Potty training is an important milestone in a child’s life. But when exactly is a child ready to swap diapers for a (mini) toilet seat? The answer is both reassuring and confusing: whenever the child is ready.

The key is not to attach a magic age for this milestone to occur. Instead, parents should look for signs that indicate a child is ready to be diaper free.

Signs of potty readiness

The following questions help you establish your child’s readiness for potty training. The more questions you answer with ‘yes’, the more likely your child is prepared.

  • Can your child control his bowels or bladder for a short period of time? Little ones usually reach this stage between two to three years of age. Boys may sometimes take longer than girls to become potty ready.
  • Can your child verbalise or indicate the need for a bowel movement (poo) or the urge to urinate (pee)? Alternatively, can your child tell you when diapers are wet or soiled?
  • Can your child take simple instruction?
  • Does your child show interest in using the toilet - just like mummy and daddy? Is your child curious to see what goes on when you use the flush?
  • Can your child pull up and pull down underpants?
  • Does your child understand the importance of washing hands after using the toilet? 

Potty training tips


Pick the right time to potty train your child. Do not embark when there is a change in routine like home renovation, a major project at work, or when holidaying as a family. These moments may only have distractions that may hamper your potty training effectiveness.

Talk it out

Explain to your child what potty training is about. Show a pack of diapers and tell your child there will be diaper-free days once the last one has been used. By mentally preparing your child this way, you manage your child’s expectations.

Say it with books

There are many children’s books that use fun characters and entertaining stories to introduce potty training. Check out libraries and bookshops for those that work for you. Pick books which are gender specific and ones featuring characters your child can identify with. In the lead-up to potty training, read aloud from these books and let your child see the illustrations. You can go through the illustrations to familiarise your child with using the toilet.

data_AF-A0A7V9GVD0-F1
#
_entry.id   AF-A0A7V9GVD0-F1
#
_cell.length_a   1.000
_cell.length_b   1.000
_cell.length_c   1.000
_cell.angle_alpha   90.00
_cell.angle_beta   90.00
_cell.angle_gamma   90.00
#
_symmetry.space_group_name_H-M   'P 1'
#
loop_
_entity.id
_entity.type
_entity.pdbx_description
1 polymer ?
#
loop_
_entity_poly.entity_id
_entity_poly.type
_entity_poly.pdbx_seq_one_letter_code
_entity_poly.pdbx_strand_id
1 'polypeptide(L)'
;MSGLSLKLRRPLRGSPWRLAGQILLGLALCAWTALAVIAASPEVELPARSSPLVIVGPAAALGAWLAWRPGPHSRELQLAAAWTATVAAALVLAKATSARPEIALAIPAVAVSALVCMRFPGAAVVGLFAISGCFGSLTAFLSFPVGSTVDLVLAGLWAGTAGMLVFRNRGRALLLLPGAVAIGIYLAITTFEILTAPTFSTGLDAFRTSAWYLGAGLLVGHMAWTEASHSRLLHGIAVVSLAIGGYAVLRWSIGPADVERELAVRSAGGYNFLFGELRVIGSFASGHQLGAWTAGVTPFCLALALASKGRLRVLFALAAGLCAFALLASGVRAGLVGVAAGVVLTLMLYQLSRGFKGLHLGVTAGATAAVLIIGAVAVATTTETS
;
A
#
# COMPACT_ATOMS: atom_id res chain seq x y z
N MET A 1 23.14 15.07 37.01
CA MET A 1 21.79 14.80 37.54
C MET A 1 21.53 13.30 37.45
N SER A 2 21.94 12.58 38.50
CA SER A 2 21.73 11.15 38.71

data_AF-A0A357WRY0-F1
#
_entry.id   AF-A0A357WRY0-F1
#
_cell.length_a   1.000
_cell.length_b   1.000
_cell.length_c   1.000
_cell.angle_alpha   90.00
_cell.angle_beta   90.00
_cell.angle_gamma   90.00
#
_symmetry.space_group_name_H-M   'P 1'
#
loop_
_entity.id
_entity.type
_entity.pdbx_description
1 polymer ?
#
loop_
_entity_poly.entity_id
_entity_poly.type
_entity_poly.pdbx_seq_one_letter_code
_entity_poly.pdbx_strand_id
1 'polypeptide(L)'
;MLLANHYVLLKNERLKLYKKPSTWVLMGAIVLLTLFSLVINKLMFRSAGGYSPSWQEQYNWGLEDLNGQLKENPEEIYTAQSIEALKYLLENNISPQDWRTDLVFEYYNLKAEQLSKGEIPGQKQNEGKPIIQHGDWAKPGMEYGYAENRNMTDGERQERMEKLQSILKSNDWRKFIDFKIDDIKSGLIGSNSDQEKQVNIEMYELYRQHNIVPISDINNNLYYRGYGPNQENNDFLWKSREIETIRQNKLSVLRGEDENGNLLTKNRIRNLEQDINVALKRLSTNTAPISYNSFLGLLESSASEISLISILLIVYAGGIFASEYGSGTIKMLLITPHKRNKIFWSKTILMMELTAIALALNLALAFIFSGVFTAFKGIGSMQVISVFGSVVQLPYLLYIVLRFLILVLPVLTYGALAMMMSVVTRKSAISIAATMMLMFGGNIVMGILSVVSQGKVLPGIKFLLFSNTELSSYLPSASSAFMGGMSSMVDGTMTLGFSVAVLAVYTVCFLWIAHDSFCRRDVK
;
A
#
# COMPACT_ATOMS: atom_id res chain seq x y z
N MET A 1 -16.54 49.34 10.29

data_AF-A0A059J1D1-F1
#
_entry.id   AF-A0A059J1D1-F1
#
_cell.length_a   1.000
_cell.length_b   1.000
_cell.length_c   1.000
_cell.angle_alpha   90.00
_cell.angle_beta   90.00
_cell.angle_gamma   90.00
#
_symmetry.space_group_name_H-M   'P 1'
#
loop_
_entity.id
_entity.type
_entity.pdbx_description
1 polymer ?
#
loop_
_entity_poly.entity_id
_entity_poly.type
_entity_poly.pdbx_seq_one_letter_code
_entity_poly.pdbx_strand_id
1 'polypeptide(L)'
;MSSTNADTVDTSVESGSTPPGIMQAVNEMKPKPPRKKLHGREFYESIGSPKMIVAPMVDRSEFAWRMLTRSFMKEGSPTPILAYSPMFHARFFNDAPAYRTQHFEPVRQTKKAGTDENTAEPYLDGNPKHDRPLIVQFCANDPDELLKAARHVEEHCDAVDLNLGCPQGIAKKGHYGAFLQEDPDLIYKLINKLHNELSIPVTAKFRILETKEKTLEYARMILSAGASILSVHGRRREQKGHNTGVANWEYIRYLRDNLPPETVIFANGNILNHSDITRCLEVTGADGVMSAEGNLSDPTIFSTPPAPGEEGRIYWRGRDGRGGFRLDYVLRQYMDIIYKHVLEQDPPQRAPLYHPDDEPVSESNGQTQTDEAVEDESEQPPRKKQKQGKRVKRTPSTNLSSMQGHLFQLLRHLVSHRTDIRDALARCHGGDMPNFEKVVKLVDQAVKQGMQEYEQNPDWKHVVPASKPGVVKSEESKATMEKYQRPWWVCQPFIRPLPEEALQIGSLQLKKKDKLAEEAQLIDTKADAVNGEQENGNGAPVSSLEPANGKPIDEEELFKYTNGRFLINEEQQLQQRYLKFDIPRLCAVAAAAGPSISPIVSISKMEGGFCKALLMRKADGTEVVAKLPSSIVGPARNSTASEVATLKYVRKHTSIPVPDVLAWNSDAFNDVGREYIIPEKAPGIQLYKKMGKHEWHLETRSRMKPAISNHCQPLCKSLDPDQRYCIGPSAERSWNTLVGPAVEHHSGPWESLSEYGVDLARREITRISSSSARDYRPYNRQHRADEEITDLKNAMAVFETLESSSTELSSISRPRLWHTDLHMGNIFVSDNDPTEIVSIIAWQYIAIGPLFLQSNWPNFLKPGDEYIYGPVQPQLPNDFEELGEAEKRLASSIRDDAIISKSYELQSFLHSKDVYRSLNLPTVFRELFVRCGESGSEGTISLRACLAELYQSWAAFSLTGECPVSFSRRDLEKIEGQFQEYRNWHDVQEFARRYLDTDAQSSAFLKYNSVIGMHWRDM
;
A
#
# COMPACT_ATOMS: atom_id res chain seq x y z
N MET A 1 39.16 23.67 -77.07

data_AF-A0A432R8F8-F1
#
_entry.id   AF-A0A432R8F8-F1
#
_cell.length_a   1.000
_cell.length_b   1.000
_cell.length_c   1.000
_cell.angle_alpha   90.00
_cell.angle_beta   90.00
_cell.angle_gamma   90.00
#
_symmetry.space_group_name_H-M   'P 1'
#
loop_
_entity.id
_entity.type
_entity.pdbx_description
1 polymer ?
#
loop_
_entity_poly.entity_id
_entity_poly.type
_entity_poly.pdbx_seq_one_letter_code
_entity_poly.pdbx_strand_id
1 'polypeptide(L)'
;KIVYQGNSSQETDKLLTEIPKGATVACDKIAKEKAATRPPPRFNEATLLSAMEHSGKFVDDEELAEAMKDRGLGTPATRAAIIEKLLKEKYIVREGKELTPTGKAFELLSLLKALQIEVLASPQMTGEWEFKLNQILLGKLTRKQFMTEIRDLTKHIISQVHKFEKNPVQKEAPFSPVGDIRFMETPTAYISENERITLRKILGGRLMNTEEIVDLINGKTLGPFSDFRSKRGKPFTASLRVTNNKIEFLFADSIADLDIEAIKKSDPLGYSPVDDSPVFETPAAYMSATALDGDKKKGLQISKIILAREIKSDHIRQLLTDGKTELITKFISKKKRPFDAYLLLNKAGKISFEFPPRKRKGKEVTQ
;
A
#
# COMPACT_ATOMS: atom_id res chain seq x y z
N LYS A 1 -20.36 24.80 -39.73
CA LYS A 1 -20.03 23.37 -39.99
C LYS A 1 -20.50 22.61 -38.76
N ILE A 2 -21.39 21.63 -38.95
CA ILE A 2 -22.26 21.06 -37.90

Get equipped

Buy a potty chair or special adapter seat (also known as a ‘toilet trainer’) that fits on top of your regular toilet seat. Children prefer the potty chair because it feels more secure when they can put their feet on the floor when using it. There are many models of the potty chair available. Features of ergonomic design and high backrest are for maximum comfort. In the early stages of potty training, place the potty chair within sight of your child, to familiarise your child to it. More importantly, doing this means access is always ready. You can even personalise the potty chair with your child by decorating it with favourite stickers.

Trial run

Let your child sit, fully clothed, on the potty chair. Then let your child sit on it with clothes off to know what the potty chair feels like against the skin.

Use the potty

If your child has bowel movement at a regular time every day (like after a meal, for example), watch for signs of this need to go. Encourage your child to express the need to use the potty, or else watch for the signal from behaviour. For some children, they would go to a favourite corner of the room to poo in the diaper. For some children, they signal by scrunching up their face. When you think the time is right, lead your child to sit on the potty chair and explain what should be done.

Eat and drink right

To ensure minimal strain by your child when defecating, provide the optimal amount of fibre in the diet be in the form of fresh fruits and vegetables. Make sure your child also drinks water regularly, so the body will also purge impurities through urination. Bring your child to the potty every hour or so and to encourage release. After a few successful tries, your child should be ready to go independently.

Stay positive

When your child uses the potty independently, praise the effort. If nothing happens after five minutes of sitting on the potty, try again later. Do not lose patience over this. Also, do not pressure your child to use the potty if your child resists. Your child is perhaps not quite ready  to answer the call on the potty again, in which case you can try reintroducing the experience in a couple of days or even weeks later.

The right clothes

To ensure the potty training experience goes smoothly, dress your child in clothes that are easy to put on and take off. Buttons and zips are not the easiest for tiny hands to manage, so for boys, try shorts or trousers with an elasticised waist.

Be flexible

Potty training is a natural process and must not be forced or rushed. Some children take to it in a couple of days, others take a month or more.

If your child finds it easier to control bowel movement than the bladder (or vice versa), let your child learn one process at a time.

In some instances, some children can go without diapers in the day, but need diapers when they go to sleep at night. Strategies for a diaper-free night include relieving before bedtime. Also, parents may have to wake the child once in the middle of the night to use the toilet. 

With repeated practice nevertheless, your child should be able to lose those diapers — for good!